Up the windy road to Gumeracha, in an old, dilapidated shed, Brendan and Laura Carter are using the science of winemaking to create everything from bottles of fiano and gin to high-end perfume.
Making perfume from wine
Brendan and Laura Carter were in the second year of their winemaking degree when they realised the science they were learning had many applications beyond turning grapes into a fermented beverage.
Brendan and Laura’s three businesses – Nømad Australia, Unico Zelo and Applewood distillery – were all threatened by the bush fires that swept through the Adelaide Hills early this year. Help from neighbours, quick thinking from Brendan and dedication from the CFS kept the fire at the fence line and saved the property.
Listening as a lecturer talked about single molecules that almost totally represented familiar scents like rose or strawberry, they had a revelation: As much as they were learning to make wine, they were also learning to make perfume. Accordingly, when the ambitious couple set up their own wine label – Unico Zelo – they also decided to set up a perfumery.
“We decided to focus on doing one thing right – which was the wine at Unico Zelo,” says Brendan. “Then we started the distillery and the perfume followed very closely after that. So it’s been a bit of a cascade effect.”
Now the pair find themselves helming a very multi-faceted business. When CityMag arrives at the Gumeracha shed that is the base of their operations, Brendan is distilling some fiano – experimenting with the idea of making brandy from it, some Limoncello is being crafted in a corner and a fresh batch of fragrances are being finished off in what seems to be the hallway.
While their business strands – wine under the label Unico Zelo, spirits under the name Applewood and perfume under the moniker Nømad – seem diverse, their purpose in each of their pursuits is the same.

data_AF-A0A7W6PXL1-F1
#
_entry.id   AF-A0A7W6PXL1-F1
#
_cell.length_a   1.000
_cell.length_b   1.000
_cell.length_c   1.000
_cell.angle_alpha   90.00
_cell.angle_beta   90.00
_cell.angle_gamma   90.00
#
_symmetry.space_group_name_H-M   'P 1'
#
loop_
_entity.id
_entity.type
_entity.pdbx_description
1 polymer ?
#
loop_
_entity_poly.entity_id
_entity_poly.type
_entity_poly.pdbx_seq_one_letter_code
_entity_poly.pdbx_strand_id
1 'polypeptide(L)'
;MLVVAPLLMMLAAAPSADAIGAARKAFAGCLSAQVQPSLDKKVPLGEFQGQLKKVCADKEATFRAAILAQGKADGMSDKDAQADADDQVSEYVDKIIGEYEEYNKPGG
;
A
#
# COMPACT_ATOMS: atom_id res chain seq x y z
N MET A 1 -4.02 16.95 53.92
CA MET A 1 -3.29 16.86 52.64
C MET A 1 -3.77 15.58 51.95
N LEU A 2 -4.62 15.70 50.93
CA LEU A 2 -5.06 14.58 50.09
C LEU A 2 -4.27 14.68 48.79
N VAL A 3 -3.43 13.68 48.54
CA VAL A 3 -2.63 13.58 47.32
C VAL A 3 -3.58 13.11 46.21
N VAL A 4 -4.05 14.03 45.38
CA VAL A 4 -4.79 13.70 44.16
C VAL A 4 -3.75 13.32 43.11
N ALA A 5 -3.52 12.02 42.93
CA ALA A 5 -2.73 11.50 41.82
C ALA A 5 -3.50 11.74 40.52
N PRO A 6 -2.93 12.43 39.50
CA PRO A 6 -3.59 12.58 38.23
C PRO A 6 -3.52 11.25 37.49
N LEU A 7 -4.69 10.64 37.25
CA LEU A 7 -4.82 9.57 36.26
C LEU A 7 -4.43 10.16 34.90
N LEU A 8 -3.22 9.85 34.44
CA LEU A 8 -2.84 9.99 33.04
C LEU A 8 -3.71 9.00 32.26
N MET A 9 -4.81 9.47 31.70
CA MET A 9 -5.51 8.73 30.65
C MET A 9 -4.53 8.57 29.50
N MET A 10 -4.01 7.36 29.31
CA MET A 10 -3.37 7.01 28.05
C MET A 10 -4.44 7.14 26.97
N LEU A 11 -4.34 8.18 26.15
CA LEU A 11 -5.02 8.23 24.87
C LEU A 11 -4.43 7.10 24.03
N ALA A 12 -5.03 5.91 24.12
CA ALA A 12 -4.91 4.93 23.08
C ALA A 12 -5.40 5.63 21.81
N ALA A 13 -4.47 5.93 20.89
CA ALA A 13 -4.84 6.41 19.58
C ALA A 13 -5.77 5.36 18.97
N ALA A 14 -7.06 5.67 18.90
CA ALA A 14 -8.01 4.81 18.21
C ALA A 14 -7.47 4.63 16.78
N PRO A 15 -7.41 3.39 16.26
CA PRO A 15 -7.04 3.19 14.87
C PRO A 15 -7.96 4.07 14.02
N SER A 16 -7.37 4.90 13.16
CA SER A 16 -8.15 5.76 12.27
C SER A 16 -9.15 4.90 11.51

“Our inspiration for all of it is different seasons in the Adelaide Hills,” says Brendan.
“As winemakers we’re obsessed with translating a site into a glass through the medium of wine. With perfume we’re trying to transport you there with a fragrance, which is such a strong connector for memory.”
The approach to representing this sense of place through the various formats, though, is very different.
“The thing about wine is you have no control,” says Laura. “You expect a certain wine will have certain characteristics but there’s not really much you can do to control that, whereas with perfume you can basically choose.
“I love them both – there’s so much potential with the perfume because you can do whatever you want but with wine it’s exciting because it’s unexpected and it’s driven by the land – we might get the same variety from different places but it has different characteristics because the soil was different.”
Practising the minimal intervention style of wine making that produces a flavour palate very much in favour with some of the country’s best chefs, Brendan and Laura’s Unico Zelo is finding a place on the wine lists of some of SA’s top restaurants – including Orana, Street ADL and Africola.
“Traditionally, 80 per cent of the wine market is international so people have been looking to serve that market,” says Brendan.
“But now people are beginning to ask the really fundamental questions – what if we just made wine for the 20 per cent domestic market? What does Australian food mean? How does wine fit into that? What is an Australian flavour?”
While Unico Zelo is part of a growing movement to make and drink wine in a way that suits our specific environment, their perfume stands almost alone in the Australian market place.
“It’s an uncontested category,” says Brendan. “One challenge we have had is people hear ‘Australian perfume’ and think we should be on fold-out tables at market. But Australia actually has all this hidden luxury – we actually supply most of the world’s sandalwood and that kind of luxury is what we want to reflect with the fragrances.”
To help get this message out, Brendan and Laura have conscripted Brendan’s Mum Kerrie to work with them on finding distribution points for the perfume.
“We are currently in about 18 locations in five states,” says Kerrie. “The biggest thing has been that it’s Australian and also it’s the four seasons so they’re distinctly different from one another and thirdly, because it is tied to a place and it’s a place that people around Australia can identify with, they respond to that.”
An endless energy accompanies the trio as they bounce around the big shed. That enthusiasm is exactly what they’ll need as they push further into their three niche and uniquely Australian businesses, but it doesn’t seem like something that’s going to run out any time soon.